Cancel Culture in the Music Industry

When misconduct leads to boycotting

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Illustration by Olivia Griffin

What do you do when your heroes turn out to be terrible people?

When I was in high school and David Bowie died, I cried for hours, but when a girl in my class told me that back in the mid-70’s he ran rampant with underage groupies, the tears stopped. I coveted the Ryan Adams songs on the playlists that college boyfriends made for me, but when the allegations came out that not only did he emotionally manipulate upcoming female musicians, but engaged in elicit Twitter messages with an underage fan, I sold all of his records that I owned.

Cancel culture began with the rise of social media, where it was suddenly easy for anyone to call for immediate ethical change by “cancelling,” or calling out individuals who possess less-than-wholesome values. By refusing to buy products from corporations whose owners are racially insensitive or by choosing not to listen to the newest music from an artist who has objectified and abused others, cancelling isn’t just a way to right wrongdoings. It can promote a decent society where fame and power don’t constitute being able to do harmful things.

But where do we draw the line? A New York Times Article on the subject began with the sentence, “Almost everyone worth knowing has been cancelled by someone,” and nothing could be further from the truth. Seriously. Taylor Swift? Cancelled. Kanye West? Cancelled. Even everyone’s favorite avocado enthusiast from Queer Eye, Antoni Porowski? Cancelled over an Instagram story, where he was wearing Dolce and Gabbana.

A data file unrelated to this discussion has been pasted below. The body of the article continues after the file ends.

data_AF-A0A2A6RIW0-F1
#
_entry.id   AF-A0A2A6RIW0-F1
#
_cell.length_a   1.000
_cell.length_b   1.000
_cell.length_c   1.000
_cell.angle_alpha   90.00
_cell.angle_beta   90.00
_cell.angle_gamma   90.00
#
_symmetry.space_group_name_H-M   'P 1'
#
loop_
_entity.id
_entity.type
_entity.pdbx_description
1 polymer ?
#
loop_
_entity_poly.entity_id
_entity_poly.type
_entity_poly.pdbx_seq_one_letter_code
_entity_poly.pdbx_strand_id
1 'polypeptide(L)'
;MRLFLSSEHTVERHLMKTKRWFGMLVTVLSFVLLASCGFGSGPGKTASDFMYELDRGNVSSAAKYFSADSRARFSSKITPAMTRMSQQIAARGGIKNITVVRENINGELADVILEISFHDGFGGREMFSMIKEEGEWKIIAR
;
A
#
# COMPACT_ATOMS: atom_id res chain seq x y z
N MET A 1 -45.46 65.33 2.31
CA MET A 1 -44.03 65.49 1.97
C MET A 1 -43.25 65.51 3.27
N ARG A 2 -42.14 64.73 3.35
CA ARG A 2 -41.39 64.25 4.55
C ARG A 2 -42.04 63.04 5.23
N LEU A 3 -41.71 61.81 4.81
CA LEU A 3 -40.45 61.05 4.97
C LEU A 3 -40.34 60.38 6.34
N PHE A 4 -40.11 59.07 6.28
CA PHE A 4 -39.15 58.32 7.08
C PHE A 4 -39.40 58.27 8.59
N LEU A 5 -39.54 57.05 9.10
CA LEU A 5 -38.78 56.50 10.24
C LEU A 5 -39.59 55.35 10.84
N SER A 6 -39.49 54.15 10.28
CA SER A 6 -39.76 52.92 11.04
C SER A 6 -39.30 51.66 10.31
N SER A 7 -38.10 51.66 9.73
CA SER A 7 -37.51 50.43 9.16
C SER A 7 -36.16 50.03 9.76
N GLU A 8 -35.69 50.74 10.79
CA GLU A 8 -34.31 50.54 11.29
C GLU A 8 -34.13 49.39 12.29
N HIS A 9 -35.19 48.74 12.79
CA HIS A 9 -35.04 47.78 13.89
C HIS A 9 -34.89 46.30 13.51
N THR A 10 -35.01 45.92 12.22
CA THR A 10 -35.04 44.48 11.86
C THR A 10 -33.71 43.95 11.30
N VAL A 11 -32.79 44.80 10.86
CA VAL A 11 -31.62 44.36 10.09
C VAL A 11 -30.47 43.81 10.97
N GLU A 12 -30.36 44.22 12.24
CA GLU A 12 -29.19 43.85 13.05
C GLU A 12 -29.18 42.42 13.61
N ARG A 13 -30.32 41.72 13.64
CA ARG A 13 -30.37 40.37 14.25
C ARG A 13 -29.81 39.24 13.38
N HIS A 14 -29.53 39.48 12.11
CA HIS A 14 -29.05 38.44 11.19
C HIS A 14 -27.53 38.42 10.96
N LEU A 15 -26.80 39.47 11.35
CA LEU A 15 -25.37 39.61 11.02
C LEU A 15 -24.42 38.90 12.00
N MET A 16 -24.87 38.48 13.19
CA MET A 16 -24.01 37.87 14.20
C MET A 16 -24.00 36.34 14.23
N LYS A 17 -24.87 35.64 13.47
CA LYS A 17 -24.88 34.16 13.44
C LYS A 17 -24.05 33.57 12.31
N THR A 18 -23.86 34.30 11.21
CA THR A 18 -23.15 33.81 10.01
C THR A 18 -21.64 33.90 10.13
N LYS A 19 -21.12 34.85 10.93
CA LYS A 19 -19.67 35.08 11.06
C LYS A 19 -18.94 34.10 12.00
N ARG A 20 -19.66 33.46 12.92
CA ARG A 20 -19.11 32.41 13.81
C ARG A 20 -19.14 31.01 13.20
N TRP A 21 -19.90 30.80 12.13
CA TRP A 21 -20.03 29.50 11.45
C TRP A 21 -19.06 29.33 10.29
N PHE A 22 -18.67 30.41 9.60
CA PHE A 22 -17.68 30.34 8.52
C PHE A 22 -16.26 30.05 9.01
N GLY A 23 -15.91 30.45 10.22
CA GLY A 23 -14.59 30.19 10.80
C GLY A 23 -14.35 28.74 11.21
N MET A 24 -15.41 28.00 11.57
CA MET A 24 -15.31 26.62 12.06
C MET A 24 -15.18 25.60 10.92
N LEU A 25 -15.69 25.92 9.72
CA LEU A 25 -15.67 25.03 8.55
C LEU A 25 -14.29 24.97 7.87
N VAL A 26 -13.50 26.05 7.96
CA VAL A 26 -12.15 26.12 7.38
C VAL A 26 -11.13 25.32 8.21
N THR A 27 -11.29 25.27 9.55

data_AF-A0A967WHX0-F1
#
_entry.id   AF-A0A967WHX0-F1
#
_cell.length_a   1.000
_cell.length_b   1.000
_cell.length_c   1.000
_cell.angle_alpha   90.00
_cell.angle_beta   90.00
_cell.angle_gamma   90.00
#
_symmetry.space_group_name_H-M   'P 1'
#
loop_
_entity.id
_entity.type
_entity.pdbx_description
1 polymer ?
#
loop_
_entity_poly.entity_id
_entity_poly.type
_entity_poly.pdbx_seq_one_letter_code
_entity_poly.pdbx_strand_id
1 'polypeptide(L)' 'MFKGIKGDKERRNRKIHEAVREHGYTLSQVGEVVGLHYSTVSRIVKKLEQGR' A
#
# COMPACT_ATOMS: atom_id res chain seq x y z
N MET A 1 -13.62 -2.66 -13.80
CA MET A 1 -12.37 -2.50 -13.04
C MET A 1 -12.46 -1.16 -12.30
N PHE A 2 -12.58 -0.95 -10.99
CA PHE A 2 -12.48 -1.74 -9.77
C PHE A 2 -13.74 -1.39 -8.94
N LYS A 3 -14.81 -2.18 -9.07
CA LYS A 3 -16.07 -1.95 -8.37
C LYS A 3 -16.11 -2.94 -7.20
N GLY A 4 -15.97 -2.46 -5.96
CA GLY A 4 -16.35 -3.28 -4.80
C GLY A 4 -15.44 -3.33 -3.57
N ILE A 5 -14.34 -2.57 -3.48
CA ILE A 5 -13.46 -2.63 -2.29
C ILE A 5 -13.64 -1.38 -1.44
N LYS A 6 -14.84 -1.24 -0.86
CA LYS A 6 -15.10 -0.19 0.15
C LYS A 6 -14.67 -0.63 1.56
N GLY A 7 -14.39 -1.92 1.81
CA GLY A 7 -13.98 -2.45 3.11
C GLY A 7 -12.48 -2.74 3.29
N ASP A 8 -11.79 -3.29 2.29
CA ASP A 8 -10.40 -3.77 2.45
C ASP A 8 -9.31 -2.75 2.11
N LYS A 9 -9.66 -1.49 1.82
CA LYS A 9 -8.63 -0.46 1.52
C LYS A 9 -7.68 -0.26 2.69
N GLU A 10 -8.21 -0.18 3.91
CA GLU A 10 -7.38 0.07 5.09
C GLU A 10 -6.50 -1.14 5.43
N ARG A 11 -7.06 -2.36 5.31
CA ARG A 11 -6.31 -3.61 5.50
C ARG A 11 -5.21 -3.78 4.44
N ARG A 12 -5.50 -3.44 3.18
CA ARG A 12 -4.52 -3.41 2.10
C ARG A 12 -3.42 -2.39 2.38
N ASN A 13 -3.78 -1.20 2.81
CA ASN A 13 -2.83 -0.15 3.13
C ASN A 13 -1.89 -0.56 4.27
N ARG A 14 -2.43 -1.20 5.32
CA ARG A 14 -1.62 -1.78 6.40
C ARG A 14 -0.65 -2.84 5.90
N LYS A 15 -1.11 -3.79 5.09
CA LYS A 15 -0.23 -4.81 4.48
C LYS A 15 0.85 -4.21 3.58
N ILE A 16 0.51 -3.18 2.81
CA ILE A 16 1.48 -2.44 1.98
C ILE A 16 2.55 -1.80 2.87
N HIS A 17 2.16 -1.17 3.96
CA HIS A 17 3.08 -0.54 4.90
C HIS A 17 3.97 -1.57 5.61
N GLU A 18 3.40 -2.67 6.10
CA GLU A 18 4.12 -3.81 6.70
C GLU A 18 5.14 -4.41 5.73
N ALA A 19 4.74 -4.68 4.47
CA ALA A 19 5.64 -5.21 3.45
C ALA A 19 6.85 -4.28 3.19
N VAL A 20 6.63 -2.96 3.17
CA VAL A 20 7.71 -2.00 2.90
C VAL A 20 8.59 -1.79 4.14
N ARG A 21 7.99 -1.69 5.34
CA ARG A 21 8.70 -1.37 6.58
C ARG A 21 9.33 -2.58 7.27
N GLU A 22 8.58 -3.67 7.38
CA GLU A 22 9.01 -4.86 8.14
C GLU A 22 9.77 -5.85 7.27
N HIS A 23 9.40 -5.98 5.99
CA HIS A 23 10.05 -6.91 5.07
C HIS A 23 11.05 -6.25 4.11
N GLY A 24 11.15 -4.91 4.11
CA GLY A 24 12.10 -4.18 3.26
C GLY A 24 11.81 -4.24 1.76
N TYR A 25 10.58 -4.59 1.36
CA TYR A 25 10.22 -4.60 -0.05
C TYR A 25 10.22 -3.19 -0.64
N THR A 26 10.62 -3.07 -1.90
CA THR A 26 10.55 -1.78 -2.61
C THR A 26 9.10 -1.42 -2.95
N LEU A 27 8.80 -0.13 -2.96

Instead of giving space for apology and reflection, or giving someone a chance to truly atone for mistakes, most of these critiques end in a ruined career or a stained reputation. While still being able to do some good, cancel culture really just lacks empathy, which has been replaced by screenshots and calls to action. In the end, as Kimberly Foster of the female-led organization For Harriet points out, cancelling people can’t get rid of the harm that they’ve done.

I wish I could tell you what to do when your favorite artist commits an unspeakable act and becomes the newest subject of mass boycott. I wish I could tell you where to shop when it comes out that the founder of your favorite store wants Planned Parenthood defunded. But I can’t. It’s all personal, whether you choose to differentiate people from their wrongdoings or join the new custom of dismantling someone’s career.

Either way, I still listen to David Bowie.




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